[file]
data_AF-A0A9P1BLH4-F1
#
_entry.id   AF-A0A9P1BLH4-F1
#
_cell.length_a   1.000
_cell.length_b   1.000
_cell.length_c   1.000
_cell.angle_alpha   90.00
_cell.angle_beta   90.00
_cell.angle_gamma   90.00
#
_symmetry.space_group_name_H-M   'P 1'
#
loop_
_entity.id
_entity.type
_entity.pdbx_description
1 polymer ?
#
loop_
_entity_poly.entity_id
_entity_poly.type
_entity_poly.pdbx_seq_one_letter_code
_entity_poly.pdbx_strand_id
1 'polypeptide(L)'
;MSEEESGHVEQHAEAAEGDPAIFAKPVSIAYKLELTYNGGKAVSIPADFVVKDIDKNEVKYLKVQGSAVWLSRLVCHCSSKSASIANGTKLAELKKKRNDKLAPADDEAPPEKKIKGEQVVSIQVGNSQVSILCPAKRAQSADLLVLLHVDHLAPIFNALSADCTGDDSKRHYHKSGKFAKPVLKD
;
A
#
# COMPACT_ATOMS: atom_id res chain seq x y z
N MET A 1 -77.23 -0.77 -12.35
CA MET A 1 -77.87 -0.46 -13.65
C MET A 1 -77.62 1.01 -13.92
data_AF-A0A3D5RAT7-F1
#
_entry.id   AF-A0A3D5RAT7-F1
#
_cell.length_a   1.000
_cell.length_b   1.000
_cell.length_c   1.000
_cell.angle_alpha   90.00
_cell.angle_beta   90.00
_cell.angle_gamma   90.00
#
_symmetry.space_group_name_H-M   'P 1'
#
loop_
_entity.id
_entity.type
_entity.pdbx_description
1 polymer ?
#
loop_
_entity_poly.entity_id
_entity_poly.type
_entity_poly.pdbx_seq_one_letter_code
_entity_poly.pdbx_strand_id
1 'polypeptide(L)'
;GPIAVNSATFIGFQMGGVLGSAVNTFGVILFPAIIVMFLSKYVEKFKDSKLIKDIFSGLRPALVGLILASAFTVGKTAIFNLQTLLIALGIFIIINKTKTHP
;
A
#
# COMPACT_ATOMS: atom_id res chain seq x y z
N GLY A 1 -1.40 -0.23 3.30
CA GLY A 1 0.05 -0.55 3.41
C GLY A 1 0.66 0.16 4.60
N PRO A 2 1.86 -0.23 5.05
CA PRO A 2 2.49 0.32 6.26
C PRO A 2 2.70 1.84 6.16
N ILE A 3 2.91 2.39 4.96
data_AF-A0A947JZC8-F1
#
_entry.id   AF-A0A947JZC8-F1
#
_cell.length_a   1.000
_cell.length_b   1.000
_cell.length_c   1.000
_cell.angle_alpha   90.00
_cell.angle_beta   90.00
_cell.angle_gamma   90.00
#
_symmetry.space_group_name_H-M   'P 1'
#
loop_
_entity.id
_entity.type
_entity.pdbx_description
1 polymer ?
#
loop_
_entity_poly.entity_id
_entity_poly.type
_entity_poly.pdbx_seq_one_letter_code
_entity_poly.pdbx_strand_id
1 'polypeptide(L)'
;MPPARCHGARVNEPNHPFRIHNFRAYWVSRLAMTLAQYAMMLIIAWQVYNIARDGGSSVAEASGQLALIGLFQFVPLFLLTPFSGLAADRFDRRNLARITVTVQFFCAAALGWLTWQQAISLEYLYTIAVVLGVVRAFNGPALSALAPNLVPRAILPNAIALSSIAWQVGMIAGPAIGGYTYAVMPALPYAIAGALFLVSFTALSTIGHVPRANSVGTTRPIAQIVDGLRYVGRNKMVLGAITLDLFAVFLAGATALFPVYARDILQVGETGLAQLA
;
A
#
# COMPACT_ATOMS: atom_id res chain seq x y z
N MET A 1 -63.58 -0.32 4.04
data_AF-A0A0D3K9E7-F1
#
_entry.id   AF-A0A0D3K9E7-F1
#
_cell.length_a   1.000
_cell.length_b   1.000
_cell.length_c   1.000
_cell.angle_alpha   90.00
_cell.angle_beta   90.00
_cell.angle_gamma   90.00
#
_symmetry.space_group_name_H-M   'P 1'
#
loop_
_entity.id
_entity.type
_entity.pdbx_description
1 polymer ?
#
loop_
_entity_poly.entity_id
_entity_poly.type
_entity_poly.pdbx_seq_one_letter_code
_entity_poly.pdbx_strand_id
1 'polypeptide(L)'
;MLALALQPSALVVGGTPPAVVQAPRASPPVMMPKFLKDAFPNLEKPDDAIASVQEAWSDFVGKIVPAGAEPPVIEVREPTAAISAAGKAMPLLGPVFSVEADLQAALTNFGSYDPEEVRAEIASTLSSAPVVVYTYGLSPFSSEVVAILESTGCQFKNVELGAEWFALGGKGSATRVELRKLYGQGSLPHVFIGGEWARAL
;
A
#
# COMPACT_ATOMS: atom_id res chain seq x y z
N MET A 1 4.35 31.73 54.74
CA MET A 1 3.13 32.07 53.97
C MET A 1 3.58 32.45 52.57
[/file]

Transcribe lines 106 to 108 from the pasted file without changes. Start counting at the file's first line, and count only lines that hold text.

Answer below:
_cell.length_a   1.000
_cell.length_b   1.000
_cell.length_c   1.000